10 Nutrients That Make You Happy
In an article written by Maya Dangerfield written for Greatist, she outlines how foods rich in vitamins, minerals, and fatty acids are not only super healthy, but can also increase happiness, lessen symptoms of depression, and quell anxiety.
So can eating certain food really improve our mood? Research seems to point to “yes” and that it all comes down to the brain. A healthy cognitive system is essential to regulating mood, and certain nutrients have a profound impact on maintaining normal brain function.
So what are these 10 nutrients that have been proven to combat depression and boost your mood? We outline them below.
1. Calcium: the most abundant mineral in your body. Low levels of calcium may play a role in PMS-related depression in particular.
Foods that have large sources of calcium: kale, yogurt, milk, collard greens
2. Chromium: helps the body metabolize food and plays and important role in increasing the brains’ level of serotonin, norepinephrine, and melatonin, which help the brain regulate emotion and mood.
Foods that have large sources of chromium: broccoli, potatoes, grape juice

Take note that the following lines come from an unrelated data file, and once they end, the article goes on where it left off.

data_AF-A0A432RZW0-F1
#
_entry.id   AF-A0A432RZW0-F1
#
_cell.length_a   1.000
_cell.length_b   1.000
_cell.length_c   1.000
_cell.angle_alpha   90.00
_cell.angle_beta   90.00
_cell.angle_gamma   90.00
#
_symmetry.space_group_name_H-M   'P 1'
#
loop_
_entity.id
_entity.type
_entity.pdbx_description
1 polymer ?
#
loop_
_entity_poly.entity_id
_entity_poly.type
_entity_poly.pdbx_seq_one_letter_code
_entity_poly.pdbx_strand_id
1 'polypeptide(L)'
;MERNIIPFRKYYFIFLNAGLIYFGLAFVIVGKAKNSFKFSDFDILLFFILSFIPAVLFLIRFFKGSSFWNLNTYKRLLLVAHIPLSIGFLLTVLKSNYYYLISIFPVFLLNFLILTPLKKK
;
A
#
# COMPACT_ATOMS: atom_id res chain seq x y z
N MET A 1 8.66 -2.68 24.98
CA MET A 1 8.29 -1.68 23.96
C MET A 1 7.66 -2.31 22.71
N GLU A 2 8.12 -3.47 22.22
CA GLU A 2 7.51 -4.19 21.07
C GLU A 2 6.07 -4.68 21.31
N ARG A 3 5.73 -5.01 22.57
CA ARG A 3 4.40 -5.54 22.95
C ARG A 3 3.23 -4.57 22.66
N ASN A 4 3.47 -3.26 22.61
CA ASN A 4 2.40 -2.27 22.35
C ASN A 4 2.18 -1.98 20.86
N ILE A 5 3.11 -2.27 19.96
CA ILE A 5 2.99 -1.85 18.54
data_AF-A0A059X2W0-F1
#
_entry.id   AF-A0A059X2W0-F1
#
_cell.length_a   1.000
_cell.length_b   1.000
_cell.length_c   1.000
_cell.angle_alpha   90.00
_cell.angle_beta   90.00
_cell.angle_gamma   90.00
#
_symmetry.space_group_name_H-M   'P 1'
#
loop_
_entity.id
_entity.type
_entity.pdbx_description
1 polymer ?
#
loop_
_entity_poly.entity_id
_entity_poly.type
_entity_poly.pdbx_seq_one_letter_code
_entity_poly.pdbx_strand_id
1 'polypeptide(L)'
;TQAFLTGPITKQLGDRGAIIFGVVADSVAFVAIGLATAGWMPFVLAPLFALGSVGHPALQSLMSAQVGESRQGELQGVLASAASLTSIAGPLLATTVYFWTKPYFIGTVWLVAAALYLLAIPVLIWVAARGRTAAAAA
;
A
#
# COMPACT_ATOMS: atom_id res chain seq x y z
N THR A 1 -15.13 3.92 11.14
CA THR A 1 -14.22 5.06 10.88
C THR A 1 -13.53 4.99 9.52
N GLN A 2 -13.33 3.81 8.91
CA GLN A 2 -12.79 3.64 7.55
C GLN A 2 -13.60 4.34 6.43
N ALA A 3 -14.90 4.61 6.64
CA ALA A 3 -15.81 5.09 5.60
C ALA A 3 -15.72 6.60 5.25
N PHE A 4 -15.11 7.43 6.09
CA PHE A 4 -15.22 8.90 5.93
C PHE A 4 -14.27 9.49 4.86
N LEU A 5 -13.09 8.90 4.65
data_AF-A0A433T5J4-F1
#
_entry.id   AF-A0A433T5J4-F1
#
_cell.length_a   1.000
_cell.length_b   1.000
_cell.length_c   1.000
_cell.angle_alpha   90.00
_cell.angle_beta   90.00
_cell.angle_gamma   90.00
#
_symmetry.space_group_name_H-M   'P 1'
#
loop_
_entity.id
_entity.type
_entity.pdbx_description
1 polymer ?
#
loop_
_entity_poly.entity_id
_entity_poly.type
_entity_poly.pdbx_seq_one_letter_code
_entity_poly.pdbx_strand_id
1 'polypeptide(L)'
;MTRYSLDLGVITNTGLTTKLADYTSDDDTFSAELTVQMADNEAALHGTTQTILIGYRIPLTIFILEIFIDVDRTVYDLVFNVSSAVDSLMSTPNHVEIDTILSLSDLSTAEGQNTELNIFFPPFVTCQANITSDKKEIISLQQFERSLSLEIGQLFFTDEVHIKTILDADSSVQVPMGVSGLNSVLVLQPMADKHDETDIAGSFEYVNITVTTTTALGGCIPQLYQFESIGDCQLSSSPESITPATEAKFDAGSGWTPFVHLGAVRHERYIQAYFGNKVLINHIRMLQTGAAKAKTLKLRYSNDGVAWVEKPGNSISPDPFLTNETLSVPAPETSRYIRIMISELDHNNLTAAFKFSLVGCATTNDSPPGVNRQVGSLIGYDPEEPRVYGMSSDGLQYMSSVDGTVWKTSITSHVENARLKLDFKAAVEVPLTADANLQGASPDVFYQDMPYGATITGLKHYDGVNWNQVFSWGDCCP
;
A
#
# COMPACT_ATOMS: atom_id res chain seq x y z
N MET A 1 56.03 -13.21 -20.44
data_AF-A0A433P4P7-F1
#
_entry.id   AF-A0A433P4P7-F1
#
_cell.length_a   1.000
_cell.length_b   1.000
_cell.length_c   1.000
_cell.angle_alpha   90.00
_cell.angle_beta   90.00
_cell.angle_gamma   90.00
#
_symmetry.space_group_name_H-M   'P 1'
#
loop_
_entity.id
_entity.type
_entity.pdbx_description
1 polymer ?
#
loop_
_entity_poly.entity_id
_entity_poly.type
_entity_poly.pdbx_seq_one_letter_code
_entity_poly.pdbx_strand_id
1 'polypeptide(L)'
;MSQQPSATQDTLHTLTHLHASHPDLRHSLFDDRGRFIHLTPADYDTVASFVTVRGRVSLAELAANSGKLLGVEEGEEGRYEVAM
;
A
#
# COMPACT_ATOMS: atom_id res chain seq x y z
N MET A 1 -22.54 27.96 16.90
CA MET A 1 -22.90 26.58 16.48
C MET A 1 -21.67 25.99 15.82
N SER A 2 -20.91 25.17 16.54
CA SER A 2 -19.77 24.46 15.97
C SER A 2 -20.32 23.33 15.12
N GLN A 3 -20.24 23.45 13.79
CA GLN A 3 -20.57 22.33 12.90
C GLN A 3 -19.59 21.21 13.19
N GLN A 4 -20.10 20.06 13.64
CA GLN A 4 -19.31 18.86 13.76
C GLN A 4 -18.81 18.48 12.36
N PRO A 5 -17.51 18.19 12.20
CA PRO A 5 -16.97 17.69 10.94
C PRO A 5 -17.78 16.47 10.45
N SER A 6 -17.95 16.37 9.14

3. Folate: helps the body create new cells and supports serotonin regulation. Serotonin helps the brain manage a variety of functions, from determining mood to regulating social behavior.
Foods that have large sources of folate: spinach, black eyed peas, asparagus, brussels sprouts, avocado
4. Iron: transports oxygen to supporting energy levels and aids muscle strength. Low levels of iron can lead to feelings of fatigue and depression.
Foods that have large sources of iron: soybeans, lean red meat, lentils, oatmeal
5. Magnesium: deficiency can cause irritability, fatigue, mental confusion and predisposition to stress.
Foods that have large sources of magnesium: almonds, spinach, cashews, peanuts, edamame
6. Omega-3s: deficiency symptoms include fatigue, mood swings, memory decline and depression.
Foods that have large sources of omega 3s: fish (trout, herring, salmon), chinese broccoli, spinach, chia seeds
7. Vitamin B6: essential for regulating brain function, which influences our emotions.
Foods that have large sources of vitamin B6: chickpeas, chicken breast, yellow fin tuna, salmon
8. Vitamin B12: low levels can cause short-term fatigue, slowed reasoning, and paranoia
Foods that have large sources of vitamin B12: rainbow trout, swiss cheese, mozzarella cheese, tuna
9. Vitamin D: helps regulate cell growth, protects bones. Low levels are associated with depressive symptoms.
Foods that have large sources of vitamin D: egg, salmon, swordfish, milk
10. Zinc: plays an important role in decreasing depressive symptoms.
Foods that have large sources of zinc: roasted pumpkin seeds, cashews, king alaska crab, pork loin